Harnessing a passion for football whilst continuing in full-time education
It can be tough for both parents and students when 16+ exam results don’t turn out as expected. But it’s never the end of the world. You’d hoped for the results that would lead to university entrance, but both you and your child ended up disappointed come the morning that the exam results are published. What are we going to do now?
You’ve worried about your child’s passion for football interfering with his or her studies in those crucial years leading up to the exams, but they enjoy their sport, play in various teams and you wanted to encourage them to stay involved. Your child never seemed fully engaged when discussing post 16 education choices and higher education pathways, but they’ve always talked enthusiastically about making it as a professional footballer…
“Dream on!” you may be forgiven for thinking. “What are the chances of THAT happening?”
However, by now you may have reluctantly come to understand that your hopes for your child’s education don’t necessarily match theirs nor their academic potential. Or is it simply that they just don’t share your ambition and aspirations for a certain future career? Whatever the real reason, there is no need to lose hope. There are plenty of valid career pathways that may suit your child better. We all know just how much we can achieve when we are fired up and excited about a project. We’d move heaven and earth to make things happen when we have a genuine intrinsic passion for what we are trying to achieve.
Often, a good post exam result educational counselling session can lead to a slight realignment of goals, but once your child buys into the new pathway, the effect on their personal motivation can be exceptional. Not all young people are suited to a purely academic pathway post 16 years. Pushing them down this route can simply lead to bigger disappointments down the line. How more demoralising it is for a child to fail to perform at exams at 18+. The choices and alternatives available then will be even more limited, the effect on your child’s self-esteem more damaging.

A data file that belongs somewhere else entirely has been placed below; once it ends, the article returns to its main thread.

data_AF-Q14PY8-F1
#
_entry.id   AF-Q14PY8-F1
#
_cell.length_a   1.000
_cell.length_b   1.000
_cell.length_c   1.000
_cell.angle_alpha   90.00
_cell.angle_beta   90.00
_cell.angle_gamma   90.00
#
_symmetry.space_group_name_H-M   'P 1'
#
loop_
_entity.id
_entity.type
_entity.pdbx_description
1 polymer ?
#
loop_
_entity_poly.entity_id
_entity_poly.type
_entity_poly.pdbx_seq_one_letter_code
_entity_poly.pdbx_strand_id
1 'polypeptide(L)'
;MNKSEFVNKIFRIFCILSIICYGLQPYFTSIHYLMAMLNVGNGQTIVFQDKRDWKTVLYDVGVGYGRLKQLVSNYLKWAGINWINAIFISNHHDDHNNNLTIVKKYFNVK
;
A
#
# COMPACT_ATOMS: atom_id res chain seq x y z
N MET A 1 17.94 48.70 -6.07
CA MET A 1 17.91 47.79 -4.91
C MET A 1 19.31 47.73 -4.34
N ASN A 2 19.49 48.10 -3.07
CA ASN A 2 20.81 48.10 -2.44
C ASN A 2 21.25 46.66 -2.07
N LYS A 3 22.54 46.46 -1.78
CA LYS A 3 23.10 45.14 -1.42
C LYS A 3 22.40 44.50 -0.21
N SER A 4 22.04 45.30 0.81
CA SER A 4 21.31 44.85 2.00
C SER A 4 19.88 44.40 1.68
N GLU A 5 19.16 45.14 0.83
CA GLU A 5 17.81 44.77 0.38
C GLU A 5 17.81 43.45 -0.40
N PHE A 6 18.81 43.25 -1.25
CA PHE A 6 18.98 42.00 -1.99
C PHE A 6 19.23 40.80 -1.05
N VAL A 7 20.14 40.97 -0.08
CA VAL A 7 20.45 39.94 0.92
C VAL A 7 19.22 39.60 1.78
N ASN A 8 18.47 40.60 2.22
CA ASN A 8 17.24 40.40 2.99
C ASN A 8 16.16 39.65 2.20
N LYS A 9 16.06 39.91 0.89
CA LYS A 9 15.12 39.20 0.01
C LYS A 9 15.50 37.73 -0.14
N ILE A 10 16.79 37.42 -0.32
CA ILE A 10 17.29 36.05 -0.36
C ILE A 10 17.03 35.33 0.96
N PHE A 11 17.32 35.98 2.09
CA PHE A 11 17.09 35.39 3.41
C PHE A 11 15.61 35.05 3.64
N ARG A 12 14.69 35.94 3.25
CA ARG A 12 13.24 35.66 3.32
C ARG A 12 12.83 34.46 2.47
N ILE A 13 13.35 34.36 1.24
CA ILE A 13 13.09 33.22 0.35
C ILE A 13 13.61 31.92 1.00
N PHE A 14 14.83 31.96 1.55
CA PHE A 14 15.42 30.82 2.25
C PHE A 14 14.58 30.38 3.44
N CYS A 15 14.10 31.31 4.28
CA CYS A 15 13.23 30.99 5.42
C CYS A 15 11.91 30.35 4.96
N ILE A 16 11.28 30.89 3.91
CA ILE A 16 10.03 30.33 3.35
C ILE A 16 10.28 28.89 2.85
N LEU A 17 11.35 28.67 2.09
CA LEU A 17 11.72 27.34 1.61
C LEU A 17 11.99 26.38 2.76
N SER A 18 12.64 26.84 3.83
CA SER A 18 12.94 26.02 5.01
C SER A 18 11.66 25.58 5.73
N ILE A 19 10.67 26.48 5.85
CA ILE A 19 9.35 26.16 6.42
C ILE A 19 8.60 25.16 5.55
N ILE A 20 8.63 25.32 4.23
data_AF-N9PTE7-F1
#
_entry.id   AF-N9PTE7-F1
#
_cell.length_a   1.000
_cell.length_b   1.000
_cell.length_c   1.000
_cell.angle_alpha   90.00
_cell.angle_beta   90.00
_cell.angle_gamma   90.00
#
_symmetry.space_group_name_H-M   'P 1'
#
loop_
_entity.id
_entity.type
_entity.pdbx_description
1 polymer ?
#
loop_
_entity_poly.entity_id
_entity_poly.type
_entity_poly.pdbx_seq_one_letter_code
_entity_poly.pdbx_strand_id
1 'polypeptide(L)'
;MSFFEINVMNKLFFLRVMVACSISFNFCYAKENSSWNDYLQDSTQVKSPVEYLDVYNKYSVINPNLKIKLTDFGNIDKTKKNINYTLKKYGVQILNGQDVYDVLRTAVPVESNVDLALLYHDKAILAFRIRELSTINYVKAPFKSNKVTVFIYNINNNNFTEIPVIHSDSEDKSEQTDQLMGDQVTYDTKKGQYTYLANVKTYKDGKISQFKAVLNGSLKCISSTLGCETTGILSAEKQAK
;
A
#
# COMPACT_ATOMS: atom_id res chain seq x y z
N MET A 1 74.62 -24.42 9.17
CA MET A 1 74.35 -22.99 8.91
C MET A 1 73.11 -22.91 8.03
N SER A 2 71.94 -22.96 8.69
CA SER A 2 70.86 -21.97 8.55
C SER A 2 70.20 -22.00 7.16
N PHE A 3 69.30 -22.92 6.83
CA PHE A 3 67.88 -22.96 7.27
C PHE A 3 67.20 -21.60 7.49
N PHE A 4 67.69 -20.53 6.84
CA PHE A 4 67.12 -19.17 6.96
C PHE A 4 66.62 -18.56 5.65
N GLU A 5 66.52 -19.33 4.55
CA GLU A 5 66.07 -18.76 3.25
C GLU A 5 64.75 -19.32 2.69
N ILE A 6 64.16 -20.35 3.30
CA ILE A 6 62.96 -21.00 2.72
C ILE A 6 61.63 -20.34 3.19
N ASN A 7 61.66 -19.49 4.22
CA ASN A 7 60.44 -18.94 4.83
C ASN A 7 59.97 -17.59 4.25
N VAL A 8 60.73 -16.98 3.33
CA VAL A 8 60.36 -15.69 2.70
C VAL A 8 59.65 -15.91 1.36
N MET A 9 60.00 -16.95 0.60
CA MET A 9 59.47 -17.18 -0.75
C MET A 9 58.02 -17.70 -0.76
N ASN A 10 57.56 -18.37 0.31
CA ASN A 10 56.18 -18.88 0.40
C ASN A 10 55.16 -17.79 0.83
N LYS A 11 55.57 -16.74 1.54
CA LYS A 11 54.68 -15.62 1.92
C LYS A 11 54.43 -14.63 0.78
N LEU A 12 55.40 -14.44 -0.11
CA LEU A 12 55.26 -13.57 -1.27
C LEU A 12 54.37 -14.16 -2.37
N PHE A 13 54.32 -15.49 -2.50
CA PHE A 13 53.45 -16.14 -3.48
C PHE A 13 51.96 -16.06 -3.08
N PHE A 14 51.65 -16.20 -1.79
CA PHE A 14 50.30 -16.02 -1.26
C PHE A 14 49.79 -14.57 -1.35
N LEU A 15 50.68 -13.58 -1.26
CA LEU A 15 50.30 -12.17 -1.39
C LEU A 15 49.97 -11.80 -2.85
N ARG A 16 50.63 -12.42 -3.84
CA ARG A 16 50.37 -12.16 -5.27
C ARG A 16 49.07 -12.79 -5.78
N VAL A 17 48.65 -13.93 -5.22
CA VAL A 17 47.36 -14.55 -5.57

Some young people just respond better to a more vocational approach to post 16 years education. When they see that what they cover in class is directly relevant to a career that they feel genuinely excited about, the difference in engagement can be massive. At IHM Football Academy, the Level 3 BTEC in Sport Performance is one such full-time educational route, post 16, that can allow aspiring young footballers to continue to explore their playing potential, whilst at the same time working towards a widely recognised qualification that can lead to university entrance in both the UK and USA. The morning BTEC classes are led by Head Coach, Matt, and cover topics that have direct relevance to the training ground: The Principles of Anatomy & Physiology in Sport, The Physiology of Fitness, Fitness Training & Programming, Fitness Testing in Sport and Exercise and Psychology for Sport Performance. With the Level 3 BTEC Extended Diploma, student players can progress to undergraduate degree programmes in Sport Coaching, Sport Business & Marketing and Sport Management.
It may be that your child did achieve good exam grades at 16+, but is still desperate to pursue a career in football in order see how far they could go as a professional player. This can present a similarly tough dilemma for parents and students alike. However, IHM also runs a full-time football academy for Abbey College Manchester, a high performing independent school in Manchester city centre, which enables students a choice of two A level combinations: Business, Maths & Economics or 3 from Biology, Chemistry, Maths & Physics.
Rasheeq, age 17 years from Malaysia is studying for his A levels at Abbey College Manchester and training with IHM Football Academy each afternoon. He sums it up best when he says:
“I’m doing well in my exams, in my studies. My teachers are always congratulating me. They keep me very motivated.
Having football and studying at the same time, it keeps me motivated. You study in the morning and then you know you have training in the afternoon.”
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